They’ve been making music for over twenty years, and there is, quite simply, nothing else like it. It’s gospel music, is what I’ve decided. Gospel music for a blasted world. A world straining and bursting in constant pain, but one that can’t help but overspill with joy – even knowing better. And the songs, Jesus. Songs about Colorado Indian hater John Chivington, alien abductions, patricide, a man born without a spine. This is the wild, bloody and weird America of Harry Crews, the only America worth a damn. It’s what Flannery O’Connor was trying to say when she wrote of dark romances and the grotesque. If you’ve got a heart, these songs’ll break it, and if you’ve got any laughter left in you, they’ll beat it out of you until you cry.

I probably can’t improve on what Jello Biafra said about Slim Cessna’s Auto Club, that they’re “the country band that plays the bar at the end of the world.” But I like to think that as long as they’re around, they can still save us from that end. Or at least from what currently passes as country music.

– Benjamin Whitmer, author of Pike and Cry Father, and co-author with Charlie Louvin of Satan is Real: The Ballad of the Louvin Brothers

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The World’s Unlikeliest Francophile

Because nobody’s ever accused me of being particularly worldly, I always call myself the world’s unlikeliest Francophile. And here’s a good example of why: My French publisher has started a new noir imprint, and has re-released Pike as book zero with this beautiful new cover:


And, even more exciting, Cry Father will hit France on March 26 as a member of the new lineup.


But here’s the best part. I will actually be in France for the release. As well as to attend Quais du Polar and hopefully meet some of the French book folks that have been selling the hell out of Pike. Not to mention the genius head of my publisher, my Captain Oliver Gallmeister, and my translator, Jacques Mailhos — who, as I always say, is responsible for most of said success.

I can’t read French, so I really have no idea what I’ll be doing or where I’ll be going. But if you do read French, you can find details here. (And then email me and let me know.)

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Dubious Advice Given in my Workshops

To be honest, I distrust most general writing advice. So I give a lot of bad advice in my workshops. I just hope that even though it may be bad, it’s useful to think about. Here’s some of my worst:

  1. I hope you get the chance to watch your entire life disintegrate in one day. There’s no greater gift you can give yourself as a writer.
  2. Cliché will make you a Nazi.
  3. Take walks where you shouldn’t go. Try to find somewhere that you can get hurt for just being who you are.
  4. Plots are for gardeners.
  5. Writing a novel means carrying on a conversation with every other book you’ve ever read. A conversation you can’t share, and wouldn’t if you could. Have a divorce lawyer on speed dial.
  6. Steal everything you can get away with.
  7. Avoid people with moderate opinions. They’re useless to you.
  8. It’s always fun to see if you can sabotage your relationship with your reader.
  9. Hallucinogenic drugs may not make you a better writer, but they can’t hurt.
  10. One good way to inform your understanding of consequences is to get a concealed carry permit. And use it.
  11. Cultivate your prejudices. Nourish them.
  12. There is nothing, and I mean nothing, to be learned while shopping at Whole Foods. There is much to be learned at Walmart. Ignore the politics-of-personal-purity bullshit and shop accordingly.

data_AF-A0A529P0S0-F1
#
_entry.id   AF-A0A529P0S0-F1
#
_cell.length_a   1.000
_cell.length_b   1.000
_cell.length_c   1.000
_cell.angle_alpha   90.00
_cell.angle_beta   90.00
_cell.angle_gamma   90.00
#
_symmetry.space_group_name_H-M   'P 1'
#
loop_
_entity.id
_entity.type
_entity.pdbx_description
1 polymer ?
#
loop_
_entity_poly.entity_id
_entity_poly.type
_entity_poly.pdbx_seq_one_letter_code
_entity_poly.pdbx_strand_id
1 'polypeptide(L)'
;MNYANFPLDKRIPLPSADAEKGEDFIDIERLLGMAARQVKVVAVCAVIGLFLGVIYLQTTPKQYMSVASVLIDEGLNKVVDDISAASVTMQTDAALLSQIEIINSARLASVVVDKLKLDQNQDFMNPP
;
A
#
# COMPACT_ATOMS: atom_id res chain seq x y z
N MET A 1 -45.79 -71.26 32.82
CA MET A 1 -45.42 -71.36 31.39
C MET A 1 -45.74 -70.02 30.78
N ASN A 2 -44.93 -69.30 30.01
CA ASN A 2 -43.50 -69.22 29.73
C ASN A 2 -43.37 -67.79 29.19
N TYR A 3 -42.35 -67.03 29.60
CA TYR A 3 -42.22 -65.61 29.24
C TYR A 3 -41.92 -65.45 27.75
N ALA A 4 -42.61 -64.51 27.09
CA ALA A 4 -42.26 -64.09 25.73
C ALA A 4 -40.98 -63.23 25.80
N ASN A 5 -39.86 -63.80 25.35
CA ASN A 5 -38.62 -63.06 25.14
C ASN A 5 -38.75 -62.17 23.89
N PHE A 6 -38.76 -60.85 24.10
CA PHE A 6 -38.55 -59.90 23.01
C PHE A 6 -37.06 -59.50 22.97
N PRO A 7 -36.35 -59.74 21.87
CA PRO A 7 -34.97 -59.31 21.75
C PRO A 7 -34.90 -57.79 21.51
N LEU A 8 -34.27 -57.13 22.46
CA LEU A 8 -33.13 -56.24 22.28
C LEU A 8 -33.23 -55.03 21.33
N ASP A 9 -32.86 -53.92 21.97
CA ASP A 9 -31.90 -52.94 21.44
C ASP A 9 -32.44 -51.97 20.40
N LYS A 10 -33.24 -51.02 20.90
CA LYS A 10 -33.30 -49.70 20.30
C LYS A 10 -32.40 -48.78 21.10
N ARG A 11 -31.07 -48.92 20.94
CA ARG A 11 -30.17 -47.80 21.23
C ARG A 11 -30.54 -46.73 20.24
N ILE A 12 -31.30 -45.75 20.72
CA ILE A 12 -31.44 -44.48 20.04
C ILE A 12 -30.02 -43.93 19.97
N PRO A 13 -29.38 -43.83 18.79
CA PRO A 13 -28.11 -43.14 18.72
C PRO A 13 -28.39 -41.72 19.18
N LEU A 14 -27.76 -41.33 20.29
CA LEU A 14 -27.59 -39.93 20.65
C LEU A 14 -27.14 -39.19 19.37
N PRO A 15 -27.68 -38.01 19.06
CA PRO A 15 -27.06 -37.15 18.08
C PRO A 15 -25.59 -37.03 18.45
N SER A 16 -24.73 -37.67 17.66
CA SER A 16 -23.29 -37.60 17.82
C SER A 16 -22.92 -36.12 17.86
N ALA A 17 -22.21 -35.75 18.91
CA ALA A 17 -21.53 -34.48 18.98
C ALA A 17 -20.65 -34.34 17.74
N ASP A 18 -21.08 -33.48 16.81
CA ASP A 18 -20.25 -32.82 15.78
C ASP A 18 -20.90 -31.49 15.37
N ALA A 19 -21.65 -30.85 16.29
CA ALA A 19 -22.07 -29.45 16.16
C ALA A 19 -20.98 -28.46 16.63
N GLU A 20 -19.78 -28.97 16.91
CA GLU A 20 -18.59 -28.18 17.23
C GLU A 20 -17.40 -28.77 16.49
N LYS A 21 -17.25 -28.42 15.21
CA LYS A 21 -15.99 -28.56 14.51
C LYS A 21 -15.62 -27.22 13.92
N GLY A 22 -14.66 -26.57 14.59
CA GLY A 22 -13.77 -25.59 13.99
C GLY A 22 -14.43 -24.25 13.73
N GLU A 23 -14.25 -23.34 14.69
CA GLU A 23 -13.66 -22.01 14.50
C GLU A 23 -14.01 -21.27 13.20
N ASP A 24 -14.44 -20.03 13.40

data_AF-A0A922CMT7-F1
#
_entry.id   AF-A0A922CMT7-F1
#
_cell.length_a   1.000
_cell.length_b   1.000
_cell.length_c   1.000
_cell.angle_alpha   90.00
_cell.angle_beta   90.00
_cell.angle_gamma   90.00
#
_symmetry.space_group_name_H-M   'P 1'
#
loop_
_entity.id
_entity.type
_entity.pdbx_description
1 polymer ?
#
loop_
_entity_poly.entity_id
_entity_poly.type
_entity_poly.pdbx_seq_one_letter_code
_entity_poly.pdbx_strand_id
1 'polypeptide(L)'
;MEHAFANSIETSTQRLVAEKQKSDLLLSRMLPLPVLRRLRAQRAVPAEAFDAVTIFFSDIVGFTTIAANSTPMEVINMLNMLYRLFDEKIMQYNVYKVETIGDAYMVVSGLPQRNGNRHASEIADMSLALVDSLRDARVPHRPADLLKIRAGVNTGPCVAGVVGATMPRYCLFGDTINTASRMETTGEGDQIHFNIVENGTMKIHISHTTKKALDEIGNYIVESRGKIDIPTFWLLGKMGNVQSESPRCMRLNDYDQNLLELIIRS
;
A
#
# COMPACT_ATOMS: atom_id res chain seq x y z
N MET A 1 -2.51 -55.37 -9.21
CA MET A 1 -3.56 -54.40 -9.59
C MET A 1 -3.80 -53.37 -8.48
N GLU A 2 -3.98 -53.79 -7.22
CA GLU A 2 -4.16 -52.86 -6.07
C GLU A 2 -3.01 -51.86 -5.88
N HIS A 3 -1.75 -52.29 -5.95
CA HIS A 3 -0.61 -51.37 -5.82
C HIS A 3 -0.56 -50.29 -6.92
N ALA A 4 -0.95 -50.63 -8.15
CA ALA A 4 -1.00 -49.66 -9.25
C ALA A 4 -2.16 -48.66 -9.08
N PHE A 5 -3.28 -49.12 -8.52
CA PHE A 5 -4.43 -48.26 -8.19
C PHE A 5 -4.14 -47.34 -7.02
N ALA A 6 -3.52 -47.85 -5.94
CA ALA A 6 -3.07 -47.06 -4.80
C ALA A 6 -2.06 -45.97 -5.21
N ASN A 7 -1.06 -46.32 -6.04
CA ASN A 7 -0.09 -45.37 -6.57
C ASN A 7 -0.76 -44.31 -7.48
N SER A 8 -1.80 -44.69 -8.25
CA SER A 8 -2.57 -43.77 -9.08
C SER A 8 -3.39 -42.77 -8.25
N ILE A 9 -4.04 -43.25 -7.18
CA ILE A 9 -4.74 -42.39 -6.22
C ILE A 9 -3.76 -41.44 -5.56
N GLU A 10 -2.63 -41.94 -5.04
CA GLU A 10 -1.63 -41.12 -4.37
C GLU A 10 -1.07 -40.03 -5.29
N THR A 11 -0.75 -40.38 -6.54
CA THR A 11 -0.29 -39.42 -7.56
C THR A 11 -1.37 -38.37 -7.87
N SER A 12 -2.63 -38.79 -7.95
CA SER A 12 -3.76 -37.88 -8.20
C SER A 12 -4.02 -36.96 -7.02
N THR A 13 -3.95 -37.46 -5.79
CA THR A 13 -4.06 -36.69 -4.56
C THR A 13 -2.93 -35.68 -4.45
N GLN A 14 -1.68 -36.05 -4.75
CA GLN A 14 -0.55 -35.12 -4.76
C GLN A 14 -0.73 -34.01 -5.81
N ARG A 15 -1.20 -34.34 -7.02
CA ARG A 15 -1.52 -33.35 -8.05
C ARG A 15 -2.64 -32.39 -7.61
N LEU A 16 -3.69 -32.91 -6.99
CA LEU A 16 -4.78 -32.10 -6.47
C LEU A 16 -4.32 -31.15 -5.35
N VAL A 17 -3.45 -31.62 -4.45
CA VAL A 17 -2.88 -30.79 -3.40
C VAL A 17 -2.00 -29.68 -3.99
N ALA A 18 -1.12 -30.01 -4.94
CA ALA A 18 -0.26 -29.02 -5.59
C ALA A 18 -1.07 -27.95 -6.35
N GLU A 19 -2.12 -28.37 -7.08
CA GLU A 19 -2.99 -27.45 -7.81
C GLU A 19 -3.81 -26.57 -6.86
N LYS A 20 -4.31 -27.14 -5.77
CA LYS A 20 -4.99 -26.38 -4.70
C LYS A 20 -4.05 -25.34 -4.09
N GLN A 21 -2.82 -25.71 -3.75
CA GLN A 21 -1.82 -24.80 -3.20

13. Read several books at once. It’s a kind of cross-contamination not too far off from the writing of book.
  14. I don’t buy that shit about an author having to suffer for her art. But the desire to be an author is a damn good way to get there anyways.
  15. Ignore as much of the business side of this as you can. If you’re doing it to make money, you’re doing it wrong.
  16. I never met anybody who changed much in life, and I distrust authors who make their characters do it in fiction.
  17. Don’t read to richen your life, that’s nonsense. Live a life to richen your reading.
  18. Everybody is more interesting with a gun to their head.
  19. Every possible book about redemption and closure has already been written and has an Oprah Book Club seal.
  20. Get punched in the face now and then to note your lack of interiority.
  21. Ignore all writing advice not particular to your project.
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M.A. Littler has a new film project starting, and as much as I like the rest of his work, this looks like something truly special. Here’s the link to the crowdfunding site.

Speaking of Littler, Hard Soil is now available for download and on DVD here.

This is what I wrote — was proud to write — as part of the Nashville Film Festival application for it.

There are more definitions of folk music than there are musicians. And with the exception of maybe punk rock aficionados and Marxists, there’s no larger pool of purists and amateur historians. The battles over authenticity can be as fierce as any sports riot, and only about half as intelligible. It was with that in mind that I came to M.A. Littler’s HARD SOIL, and I’ll admit to being a little scared. For him, and for me.

I should have known better. M.A. Littler is too damn smart to give us something we can just as well get in a Wikipedia entry. He leaves the definitions and the proselytizing to others and instead gives us a group of likeminded musicians and fans coming together to experience songs. Songs about tough living, joy, family, and community. They may not be your songs, and they may not fit your definition of folk, but after watching HARD SOIL, I defy anyone to call them anything else. They mean too much to the people singing them, and to the people listening.

Woody Guthrie famously said that he hates a song that makes you feel like you’re born to lose, that makes fun of you for your bad luck or your hard traveling. I’m with him on that, which is why I don’t listen to much out of Nashville or LA these days. But if you’re the kind who prefers murder ballads over party anthems, who believes that it takes lonesomeness and blood to make good music, there’s a place for you a little further afield. In HARD SOIL, M.A. Littler gives us an exquisite tour of the space where punk rock and country music meet. There ain’t no Nudie suits and there ain’t no tour buses, but there is blind persistence in the regenerative power of art, and the community that arises from it. “The lost can’t bullshit the lost,” one singer says. Amen, brother.